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EOL Experience-Oriented Learning methods at their best:

The METALOG Method

 The individual METALOG training tools are a little bit like musical instruments. Indeed, when you play an instrument such as a trumpet, the drums or the violin, for the first time, you may manage to produce a single note, but only a lot of practice will turn you into a real virtuoso. The METALOG Method shows you how to get the most out of the individual instruments. After all, who has the time to learn how to play an instrument without instructions?


The 3 steps to the learning project

1. Staging = preparation creates the right frame for action

2. Performance = experiencing with all of the senses

3. Assigning meaning = various methods of reflection link learning to daily life


The art of staging

During the staging phase, the trainer sets the scene for the learning process. He establishes a link to the group’s world and gives the learning project a meaning and a focus. He tailors it to the culture of the group and pays particular attention “to speaking the language of the group”. For example, take Tower of Power:

- For project managers, the learning project is a “learning tower” in which they have to place “milestones” on top of each other to reach “deadlines”
- For school students who are learning about classroom bullying, they have to build a “house of trust” out of the building blocks. When doing so, the building blocks are labeled with terms such as “respect,” “listening,” etc
- For firemen attending a training workshop on self-protection, the tower is called “tower of risk,” and the task is to recognize their personal limits just before the tower topples.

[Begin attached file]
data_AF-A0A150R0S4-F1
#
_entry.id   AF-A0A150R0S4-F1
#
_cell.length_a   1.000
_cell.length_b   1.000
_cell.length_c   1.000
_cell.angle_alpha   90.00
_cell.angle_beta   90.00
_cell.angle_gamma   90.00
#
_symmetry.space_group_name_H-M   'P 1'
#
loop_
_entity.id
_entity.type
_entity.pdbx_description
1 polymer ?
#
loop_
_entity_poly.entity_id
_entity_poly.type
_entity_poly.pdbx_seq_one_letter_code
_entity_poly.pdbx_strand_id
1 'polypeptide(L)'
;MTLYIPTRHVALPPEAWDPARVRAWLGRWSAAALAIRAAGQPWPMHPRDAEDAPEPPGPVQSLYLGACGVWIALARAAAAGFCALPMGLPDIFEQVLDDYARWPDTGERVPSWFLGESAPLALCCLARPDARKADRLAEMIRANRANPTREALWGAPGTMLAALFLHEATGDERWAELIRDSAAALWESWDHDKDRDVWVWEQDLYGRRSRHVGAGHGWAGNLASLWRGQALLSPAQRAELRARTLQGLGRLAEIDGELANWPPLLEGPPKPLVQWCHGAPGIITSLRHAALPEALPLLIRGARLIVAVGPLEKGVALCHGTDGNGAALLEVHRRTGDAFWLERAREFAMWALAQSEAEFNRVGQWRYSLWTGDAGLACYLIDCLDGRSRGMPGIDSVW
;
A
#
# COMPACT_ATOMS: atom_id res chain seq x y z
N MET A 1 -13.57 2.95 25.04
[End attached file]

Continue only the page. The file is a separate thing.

In this phase, the group is involved in interaction. They experience the learning project as if they are in their own mini universe with its own atmosphere and rules. If the group gets stuck, the trainer can intervene appropriately to support them, such as through using dissociative interventions to get them to reflect on the process.


Assigning meaning

The aim of the phase following the learning project is to embed the experience of the interaction in the participants’ specific contexts. They reflect on what the experience meant to themselves and the other team members, examine what inferences they can draw from the interaction and use them to develop goals. The reflection phase works best using methods developed by METALOG, such as 3-phase transition and rope scaling, to name but a few.


Other important aspects of the Metalog Method:

  • From game to learning project
  • From contracting to shaping the process
  • Hypnosystemic approaches